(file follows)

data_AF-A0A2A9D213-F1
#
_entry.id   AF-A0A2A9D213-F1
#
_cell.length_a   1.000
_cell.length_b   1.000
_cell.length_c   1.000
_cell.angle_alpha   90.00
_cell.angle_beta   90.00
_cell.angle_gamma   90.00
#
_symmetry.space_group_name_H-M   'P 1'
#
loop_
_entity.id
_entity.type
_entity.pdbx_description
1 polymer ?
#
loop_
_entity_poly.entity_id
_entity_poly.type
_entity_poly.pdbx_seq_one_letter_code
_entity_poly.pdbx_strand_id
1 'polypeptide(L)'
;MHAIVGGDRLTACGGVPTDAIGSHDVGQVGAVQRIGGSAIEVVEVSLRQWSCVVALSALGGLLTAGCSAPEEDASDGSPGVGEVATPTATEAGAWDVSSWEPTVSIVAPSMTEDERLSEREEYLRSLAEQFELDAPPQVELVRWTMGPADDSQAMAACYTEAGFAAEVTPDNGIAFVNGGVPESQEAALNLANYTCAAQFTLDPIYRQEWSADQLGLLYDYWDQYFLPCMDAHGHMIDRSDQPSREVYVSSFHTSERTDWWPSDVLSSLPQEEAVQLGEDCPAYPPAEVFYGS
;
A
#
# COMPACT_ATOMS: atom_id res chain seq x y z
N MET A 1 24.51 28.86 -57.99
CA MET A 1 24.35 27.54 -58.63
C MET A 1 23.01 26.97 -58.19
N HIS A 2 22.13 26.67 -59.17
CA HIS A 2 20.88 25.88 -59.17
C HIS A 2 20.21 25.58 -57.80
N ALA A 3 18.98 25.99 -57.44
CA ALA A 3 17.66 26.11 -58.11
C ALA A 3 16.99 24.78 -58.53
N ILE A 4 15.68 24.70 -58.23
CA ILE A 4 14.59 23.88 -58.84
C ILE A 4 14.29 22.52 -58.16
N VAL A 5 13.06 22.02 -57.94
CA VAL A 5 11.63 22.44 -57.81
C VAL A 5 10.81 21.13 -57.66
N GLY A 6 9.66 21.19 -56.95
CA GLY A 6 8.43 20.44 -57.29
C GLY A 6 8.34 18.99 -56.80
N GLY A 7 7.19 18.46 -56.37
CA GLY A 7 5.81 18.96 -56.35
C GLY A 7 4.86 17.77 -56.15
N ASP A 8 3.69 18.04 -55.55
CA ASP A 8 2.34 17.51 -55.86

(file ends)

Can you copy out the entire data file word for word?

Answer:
data_AF-A0A2A9D213-F1
#
_entry.id   AF-A0A2A9D213-F1
#
_cell.length_a   1.000
_cell.length_b   1.000
_cell.length_c   1.000
_cell.angle_alpha   90.00
_cell.angle_beta   90.00
_cell.angle_gamma   90.00
#
_symmetry.space_group_name_H-M   'P 1'
#
loop_
_entity.id
_entity.type
_entity.pdbx_description
1 polymer ?
#
loop_
_entity_poly.entity_id
_entity_poly.type
_entity_poly.pdbx_seq_one_letter_code
_entity_poly.pdbx_strand_id
1 'polypeptide(L)'
;MHAIVGGDRLTACGGVPTDAIGSHDVGQVGAVQRIGGSAIEVVEVSLRQWSCVVALSALGGLLTAGCSAPEEDASDGSPGVGEVATPTATEAGAWDVSSWEPTVSIVAPSMTEDERLSEREEYLRSLAEQFELDAPPQVELVRWTMGPADDSQAMAACYTEAGFAAEVTPDNGIAFVNGGVPESQEAALNLANYTCAAQFTLDPIYRQEWSADQLGLLYDYWDQYFLPCMDAHGHMIDRSDQPSREVYVSSFHTSERTDWWPSDVLSSLPQEEAVQLGEDCPAYPPAEVFYGS
;
A
#
# COMPACT_ATOMS: atom_id res chain seq x y z
N MET A 1 24.51 28.86 -57.99
CA MET A 1 24.35 27.54 -58.63
C MET A 1 23.01 26.97 -58.19
N HIS A 2 22.13 26.67 -59.17
CA HIS A 2 20.88 25.88 -59.17
C HIS A 2 20.21 25.58 -57.80
N ALA A 3 18.98 25.99 -57.44
CA ALA A 3 17.66 26.11 -58.11
C ALA A 3 16.99 24.78 -58.53
N ILE A 4 15.68 24.70 -58.23
CA ILE A 4 14.59 23.88 -58.84
C ILE A 4 14.29 22.52 -58.16
N VAL A 5 13.06 22.02 -57.94
CA VAL A 5 11.63 22.44 -57.81
C VAL A 5 10.81 21.13 -57.66
N GLY A 6 9.66 21.19 -56.95
CA GLY A 6 8.43 20.44 -57.29
C GLY A 6 8.34 18.99 -56.80
N GLY A 7 7.19 18.46 -56.37
CA GLY A 7 5.81 18.96 -56.35
C GLY A 7 4.86 17.77 -56.15
N ASP A 8 3.69 18.04 -55.55
CA ASP A 8 2.34 17.51 -55.86